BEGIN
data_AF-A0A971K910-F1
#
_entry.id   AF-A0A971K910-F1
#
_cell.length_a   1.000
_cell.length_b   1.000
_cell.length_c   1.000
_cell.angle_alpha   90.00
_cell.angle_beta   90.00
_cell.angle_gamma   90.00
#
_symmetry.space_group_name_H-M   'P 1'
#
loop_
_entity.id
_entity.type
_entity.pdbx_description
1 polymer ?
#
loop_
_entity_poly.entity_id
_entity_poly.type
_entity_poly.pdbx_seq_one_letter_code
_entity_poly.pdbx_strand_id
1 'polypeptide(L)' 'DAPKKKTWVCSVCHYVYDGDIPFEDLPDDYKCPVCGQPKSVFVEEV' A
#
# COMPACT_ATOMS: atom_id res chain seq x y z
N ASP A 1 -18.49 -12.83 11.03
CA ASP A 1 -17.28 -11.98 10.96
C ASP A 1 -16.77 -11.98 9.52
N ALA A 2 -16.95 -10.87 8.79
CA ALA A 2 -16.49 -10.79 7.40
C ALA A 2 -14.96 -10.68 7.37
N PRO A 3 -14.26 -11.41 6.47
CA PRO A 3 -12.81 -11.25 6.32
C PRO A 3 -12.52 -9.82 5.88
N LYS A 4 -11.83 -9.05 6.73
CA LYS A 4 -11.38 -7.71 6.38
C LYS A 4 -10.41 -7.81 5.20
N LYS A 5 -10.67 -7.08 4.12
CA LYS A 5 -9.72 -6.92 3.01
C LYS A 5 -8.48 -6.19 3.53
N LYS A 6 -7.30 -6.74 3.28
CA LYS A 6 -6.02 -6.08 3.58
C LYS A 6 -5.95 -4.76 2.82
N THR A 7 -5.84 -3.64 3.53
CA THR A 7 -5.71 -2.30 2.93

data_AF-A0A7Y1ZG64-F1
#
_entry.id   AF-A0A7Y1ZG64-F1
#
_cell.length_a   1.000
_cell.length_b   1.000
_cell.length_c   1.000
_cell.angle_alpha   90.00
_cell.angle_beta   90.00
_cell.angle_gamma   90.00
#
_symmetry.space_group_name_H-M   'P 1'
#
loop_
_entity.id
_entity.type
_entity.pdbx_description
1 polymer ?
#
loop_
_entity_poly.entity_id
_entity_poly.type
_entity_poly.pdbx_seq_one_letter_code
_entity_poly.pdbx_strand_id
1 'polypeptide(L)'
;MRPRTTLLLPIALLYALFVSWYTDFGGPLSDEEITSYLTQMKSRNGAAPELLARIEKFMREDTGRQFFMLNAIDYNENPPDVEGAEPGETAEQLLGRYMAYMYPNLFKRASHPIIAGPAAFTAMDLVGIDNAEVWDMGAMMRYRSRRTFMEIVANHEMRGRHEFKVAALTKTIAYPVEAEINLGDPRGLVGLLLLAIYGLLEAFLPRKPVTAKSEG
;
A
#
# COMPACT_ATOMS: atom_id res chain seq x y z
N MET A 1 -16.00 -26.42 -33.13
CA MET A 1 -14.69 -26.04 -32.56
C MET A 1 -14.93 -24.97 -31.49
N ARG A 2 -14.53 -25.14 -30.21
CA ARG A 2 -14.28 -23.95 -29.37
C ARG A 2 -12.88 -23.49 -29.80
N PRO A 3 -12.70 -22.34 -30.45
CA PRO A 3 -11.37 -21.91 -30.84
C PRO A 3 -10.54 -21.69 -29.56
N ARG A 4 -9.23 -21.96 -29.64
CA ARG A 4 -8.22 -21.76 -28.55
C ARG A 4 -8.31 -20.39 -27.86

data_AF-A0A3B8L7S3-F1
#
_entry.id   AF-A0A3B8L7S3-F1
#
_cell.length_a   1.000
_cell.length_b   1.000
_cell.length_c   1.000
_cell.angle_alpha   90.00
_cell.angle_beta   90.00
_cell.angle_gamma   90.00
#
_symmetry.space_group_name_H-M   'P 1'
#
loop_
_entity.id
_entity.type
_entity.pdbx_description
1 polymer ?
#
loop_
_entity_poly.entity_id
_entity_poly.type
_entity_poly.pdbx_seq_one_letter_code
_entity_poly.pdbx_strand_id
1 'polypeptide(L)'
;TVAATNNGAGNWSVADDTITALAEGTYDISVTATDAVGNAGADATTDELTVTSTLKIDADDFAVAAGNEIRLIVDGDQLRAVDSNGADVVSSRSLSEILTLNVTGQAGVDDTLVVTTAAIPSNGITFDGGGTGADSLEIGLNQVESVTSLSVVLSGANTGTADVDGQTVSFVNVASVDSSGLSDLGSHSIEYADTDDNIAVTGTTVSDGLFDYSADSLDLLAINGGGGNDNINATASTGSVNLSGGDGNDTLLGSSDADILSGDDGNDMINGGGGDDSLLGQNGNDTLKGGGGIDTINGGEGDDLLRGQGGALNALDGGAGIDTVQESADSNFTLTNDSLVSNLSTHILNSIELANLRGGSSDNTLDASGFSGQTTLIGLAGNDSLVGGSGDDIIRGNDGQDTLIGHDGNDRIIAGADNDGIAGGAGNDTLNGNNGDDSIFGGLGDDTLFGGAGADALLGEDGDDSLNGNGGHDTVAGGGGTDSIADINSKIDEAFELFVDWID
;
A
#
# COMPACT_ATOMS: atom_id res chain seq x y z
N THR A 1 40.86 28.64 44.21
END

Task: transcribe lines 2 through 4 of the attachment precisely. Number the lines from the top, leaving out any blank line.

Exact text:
#
_entry.id   AF-A0A971K910-F1
#